The phrase “war on Christmas” has become so tiresome in the ongoing dialogue about Christmas that it tends to trigger instant eye-rolling disdain. The media attention to it all just makes one weary at the mere mention of it.
Gerry Bowler’s new book, Christmas in the Crosshairs, settles rather emphatically the question of whether or not the modern “war on Christmas” is unique – or even worthy of all the eye-rolling.
It’s not. It has been around forever and will be around forever. So stop the eye-rolling.
In fact, as Bowler almost gleefully notes in his new book, it is as entertaining as can be.
Bowler – a Canadian historian – has quite the fascination on the topic of Christmas. This is his third book about it, the first two being The World Encyclopedia of Christmas and Santa Claus: A Biography.
In this book Bowler points out the ongoing tug-of-war about Christmas and how it has been used by nearly every side in all parts of the world to advance anything but peace on earth and goodwill towards all men.
He painstakingly makes this case over a history of two thousand years and does not limit the discussion to American or English cultures.
Christmas is everywhere and everyone has an opinion.
As Bowler notes, Christmas has been used, abused, twisted, corrupted, and exploited for everything from political agendas to religious causes. From Adolph Hitler to Jesse Jackson, from Muslims to Christians, and from Puritans to politicians, Christmas has been shunned, denounced, abolished, and declared a nuisance.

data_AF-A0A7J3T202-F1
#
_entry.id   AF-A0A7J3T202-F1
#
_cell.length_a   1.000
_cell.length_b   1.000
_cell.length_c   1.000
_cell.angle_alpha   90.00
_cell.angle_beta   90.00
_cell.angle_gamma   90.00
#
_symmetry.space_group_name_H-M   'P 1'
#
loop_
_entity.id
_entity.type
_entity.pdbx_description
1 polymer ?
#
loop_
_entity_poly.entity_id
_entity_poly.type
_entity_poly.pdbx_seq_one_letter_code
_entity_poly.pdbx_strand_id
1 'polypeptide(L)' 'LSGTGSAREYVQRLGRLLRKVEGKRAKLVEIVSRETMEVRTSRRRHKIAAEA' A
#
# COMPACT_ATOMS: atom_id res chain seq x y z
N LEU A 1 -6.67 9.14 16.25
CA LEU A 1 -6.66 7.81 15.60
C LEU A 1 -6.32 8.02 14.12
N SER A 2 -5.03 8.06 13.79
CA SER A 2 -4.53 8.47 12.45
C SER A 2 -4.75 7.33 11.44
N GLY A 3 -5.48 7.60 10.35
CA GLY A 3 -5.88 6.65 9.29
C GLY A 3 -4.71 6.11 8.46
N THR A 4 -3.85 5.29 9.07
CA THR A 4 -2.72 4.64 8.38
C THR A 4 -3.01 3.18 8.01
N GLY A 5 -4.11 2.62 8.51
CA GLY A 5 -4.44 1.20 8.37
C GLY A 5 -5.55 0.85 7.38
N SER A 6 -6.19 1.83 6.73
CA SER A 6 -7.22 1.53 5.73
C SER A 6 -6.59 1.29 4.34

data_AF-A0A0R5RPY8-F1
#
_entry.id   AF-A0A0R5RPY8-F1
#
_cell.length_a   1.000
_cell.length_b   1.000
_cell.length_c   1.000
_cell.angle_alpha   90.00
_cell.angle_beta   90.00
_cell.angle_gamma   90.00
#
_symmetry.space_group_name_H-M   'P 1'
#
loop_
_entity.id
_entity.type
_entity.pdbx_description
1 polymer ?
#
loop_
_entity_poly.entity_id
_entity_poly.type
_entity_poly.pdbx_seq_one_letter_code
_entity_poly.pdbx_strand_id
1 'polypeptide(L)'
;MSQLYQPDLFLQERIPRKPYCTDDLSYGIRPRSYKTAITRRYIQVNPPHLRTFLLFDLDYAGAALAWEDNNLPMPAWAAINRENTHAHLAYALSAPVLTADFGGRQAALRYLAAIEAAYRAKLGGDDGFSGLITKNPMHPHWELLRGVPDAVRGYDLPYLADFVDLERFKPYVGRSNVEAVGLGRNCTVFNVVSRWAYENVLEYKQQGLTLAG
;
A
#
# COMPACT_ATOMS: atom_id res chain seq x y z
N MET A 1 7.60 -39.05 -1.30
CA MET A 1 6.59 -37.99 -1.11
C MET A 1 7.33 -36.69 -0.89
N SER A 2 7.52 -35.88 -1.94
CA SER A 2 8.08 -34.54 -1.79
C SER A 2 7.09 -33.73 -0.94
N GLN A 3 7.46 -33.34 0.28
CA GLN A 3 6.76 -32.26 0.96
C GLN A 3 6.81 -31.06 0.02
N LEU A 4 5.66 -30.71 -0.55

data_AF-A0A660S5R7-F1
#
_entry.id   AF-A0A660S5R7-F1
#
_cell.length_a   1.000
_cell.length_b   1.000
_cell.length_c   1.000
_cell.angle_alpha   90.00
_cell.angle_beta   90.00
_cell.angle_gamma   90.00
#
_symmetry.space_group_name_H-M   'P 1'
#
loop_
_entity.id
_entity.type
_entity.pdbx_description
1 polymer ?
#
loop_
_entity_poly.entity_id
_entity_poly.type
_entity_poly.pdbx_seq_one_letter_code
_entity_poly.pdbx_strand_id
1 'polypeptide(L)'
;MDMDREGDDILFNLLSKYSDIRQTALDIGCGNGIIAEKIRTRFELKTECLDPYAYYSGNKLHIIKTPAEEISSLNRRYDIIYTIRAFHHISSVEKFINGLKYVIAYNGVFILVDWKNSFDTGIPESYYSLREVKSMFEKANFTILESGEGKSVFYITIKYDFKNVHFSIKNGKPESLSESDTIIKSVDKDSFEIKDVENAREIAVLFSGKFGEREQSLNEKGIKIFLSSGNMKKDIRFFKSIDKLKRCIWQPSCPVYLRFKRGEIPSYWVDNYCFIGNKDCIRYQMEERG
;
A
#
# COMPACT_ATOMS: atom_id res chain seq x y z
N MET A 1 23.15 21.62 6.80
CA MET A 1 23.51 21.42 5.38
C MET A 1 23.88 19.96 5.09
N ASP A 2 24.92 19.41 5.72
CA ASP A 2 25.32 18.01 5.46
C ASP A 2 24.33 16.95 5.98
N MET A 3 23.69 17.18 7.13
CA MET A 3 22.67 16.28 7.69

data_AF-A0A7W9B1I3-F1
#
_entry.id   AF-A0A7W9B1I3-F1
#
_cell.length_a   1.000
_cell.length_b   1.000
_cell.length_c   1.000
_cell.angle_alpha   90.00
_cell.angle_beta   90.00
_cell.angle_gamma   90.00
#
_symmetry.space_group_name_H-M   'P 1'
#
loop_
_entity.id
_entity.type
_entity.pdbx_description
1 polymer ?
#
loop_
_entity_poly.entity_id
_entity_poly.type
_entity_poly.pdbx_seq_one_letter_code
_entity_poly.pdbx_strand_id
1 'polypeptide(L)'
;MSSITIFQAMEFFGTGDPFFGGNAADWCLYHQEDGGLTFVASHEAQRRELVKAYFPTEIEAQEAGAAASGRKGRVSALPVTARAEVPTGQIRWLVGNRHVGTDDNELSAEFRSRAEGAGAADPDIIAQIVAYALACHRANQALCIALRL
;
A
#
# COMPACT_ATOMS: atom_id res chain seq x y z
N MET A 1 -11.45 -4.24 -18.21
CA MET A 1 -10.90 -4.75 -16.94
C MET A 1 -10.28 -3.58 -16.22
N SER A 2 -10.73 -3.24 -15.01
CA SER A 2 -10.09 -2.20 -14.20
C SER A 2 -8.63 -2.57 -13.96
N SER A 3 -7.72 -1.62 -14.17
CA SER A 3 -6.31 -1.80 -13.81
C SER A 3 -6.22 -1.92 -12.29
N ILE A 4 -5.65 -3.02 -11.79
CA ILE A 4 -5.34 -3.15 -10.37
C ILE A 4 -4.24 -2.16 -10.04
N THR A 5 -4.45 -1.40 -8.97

And yet Christmas survives as the single largest human-celebrated event annually.
This almost makes it sound as if Bowler skewers everyone in his look at Christmas of the past 2000 years. That’s unfair. His review is clearly neutral as story upon story of Christmas history is told in this book without judgment. Just the facts, ma’am.
It makes for a wildly entertaining read, one that could at times see you laughing out loud, so be careful where you read it. The humor does not come from any kind of sarcasm or witty retorts on Bowler’s part. It comes from the absurdity of history.
If there is one lone criticism of Bowler’s work it is that he only went back 2000 years. As a academic he has to stick to the fact and those are hard to find beyond a certain point in time. He most certainly does a fine job with the history that is available.
But if he could I’m certain Mr. Bowler would find an even more extended history of the contentious Christmas. In fact, the Bible and religious theology supports the idea and prophesies of it.
But 2000 years is enough. And it is plenty to give you an alternative and entertaining read.